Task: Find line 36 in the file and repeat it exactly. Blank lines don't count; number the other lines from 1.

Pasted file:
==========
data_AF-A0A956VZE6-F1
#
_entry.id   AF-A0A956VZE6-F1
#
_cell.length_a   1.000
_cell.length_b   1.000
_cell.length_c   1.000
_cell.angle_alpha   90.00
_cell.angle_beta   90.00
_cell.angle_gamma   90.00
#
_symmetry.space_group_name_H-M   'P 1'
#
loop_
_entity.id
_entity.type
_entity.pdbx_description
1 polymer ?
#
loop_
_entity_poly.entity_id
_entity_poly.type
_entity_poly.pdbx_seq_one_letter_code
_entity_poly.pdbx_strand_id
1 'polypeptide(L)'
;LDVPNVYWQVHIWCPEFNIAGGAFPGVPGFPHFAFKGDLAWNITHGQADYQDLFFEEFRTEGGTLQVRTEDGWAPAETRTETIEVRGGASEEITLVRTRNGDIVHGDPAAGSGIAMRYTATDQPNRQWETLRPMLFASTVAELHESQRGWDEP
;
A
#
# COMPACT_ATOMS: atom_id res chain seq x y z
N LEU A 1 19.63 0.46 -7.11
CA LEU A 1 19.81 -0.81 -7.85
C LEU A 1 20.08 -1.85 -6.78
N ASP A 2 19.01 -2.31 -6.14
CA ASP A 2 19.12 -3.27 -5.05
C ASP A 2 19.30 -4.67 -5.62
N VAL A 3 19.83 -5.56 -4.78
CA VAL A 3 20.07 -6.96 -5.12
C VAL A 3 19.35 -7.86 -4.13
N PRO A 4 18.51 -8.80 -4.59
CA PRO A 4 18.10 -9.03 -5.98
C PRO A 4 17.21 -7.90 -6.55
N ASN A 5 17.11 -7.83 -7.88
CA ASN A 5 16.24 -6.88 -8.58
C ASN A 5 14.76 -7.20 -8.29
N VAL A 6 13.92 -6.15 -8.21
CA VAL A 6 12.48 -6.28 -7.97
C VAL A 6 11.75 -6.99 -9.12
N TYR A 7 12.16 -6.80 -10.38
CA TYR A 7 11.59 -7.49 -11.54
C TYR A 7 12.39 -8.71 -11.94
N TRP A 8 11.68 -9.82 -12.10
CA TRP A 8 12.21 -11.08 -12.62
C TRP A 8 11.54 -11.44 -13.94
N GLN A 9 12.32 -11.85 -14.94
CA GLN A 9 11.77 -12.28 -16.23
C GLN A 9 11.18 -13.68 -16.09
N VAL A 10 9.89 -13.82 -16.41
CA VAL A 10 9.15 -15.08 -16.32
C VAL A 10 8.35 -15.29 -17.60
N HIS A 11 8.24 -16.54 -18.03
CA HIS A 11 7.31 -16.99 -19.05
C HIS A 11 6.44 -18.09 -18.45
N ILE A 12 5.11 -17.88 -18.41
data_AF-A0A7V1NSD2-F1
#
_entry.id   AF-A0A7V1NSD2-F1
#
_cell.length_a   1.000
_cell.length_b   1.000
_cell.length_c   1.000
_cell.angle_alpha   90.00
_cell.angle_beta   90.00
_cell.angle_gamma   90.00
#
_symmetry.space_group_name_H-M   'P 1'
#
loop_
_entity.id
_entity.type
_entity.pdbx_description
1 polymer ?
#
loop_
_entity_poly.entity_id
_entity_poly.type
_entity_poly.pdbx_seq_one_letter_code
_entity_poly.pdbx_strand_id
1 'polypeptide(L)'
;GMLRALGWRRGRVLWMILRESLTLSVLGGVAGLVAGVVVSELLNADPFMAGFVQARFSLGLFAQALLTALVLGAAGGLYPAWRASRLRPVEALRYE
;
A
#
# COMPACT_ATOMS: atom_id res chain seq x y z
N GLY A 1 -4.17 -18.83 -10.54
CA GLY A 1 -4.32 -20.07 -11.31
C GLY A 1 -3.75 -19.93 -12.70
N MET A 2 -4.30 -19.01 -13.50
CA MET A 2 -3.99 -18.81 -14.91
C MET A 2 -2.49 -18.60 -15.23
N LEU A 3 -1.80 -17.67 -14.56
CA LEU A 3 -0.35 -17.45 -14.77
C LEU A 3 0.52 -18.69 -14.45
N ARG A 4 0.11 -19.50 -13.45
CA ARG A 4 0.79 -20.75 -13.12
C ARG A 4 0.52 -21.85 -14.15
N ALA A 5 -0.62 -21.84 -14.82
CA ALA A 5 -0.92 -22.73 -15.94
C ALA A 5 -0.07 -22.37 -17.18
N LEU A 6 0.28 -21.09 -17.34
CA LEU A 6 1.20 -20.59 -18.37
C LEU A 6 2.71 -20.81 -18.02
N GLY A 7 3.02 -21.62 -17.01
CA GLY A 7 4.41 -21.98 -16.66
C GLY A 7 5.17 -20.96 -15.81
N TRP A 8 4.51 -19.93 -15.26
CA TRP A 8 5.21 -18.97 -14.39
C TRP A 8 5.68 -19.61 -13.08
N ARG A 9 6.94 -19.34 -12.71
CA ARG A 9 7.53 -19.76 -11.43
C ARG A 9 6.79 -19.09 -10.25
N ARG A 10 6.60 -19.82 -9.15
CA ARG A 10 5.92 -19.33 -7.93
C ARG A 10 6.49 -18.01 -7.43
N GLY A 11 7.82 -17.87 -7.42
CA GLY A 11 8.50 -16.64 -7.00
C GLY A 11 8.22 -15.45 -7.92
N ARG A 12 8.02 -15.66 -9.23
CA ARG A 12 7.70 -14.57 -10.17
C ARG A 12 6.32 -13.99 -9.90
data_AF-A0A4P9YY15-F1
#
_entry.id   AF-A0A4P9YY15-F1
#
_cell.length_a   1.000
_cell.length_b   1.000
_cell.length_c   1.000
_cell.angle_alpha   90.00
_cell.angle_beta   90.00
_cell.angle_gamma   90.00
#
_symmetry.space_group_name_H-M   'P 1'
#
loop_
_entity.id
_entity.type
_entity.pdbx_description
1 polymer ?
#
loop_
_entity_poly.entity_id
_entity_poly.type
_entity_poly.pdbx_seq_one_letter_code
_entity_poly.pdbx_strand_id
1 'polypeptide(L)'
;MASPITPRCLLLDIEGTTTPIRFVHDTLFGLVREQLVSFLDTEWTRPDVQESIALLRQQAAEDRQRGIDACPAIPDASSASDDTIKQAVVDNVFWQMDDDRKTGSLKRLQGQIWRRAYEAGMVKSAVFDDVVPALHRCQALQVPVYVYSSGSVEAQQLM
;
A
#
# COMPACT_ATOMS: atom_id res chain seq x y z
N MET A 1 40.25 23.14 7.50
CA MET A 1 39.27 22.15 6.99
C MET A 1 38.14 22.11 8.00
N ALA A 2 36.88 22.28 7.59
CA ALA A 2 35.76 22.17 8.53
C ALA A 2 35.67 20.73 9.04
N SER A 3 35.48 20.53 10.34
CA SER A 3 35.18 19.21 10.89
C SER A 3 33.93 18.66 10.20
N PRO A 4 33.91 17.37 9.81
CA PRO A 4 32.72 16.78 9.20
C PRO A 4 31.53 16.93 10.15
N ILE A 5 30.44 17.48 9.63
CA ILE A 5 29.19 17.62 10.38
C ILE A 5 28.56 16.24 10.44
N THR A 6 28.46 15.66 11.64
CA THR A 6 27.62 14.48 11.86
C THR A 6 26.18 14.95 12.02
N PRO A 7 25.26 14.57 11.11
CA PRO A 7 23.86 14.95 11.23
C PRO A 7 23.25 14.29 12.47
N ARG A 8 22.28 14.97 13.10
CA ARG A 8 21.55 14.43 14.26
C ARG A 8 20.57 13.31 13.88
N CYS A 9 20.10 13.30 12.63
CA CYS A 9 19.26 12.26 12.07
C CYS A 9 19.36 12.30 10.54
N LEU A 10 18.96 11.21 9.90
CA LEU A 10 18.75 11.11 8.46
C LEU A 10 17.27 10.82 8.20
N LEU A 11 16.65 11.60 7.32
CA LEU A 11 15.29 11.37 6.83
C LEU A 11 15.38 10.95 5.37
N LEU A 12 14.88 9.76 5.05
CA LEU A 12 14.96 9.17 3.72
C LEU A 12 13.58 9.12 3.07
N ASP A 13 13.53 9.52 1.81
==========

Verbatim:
C ASP A 2 19.30 -4.67 -5.62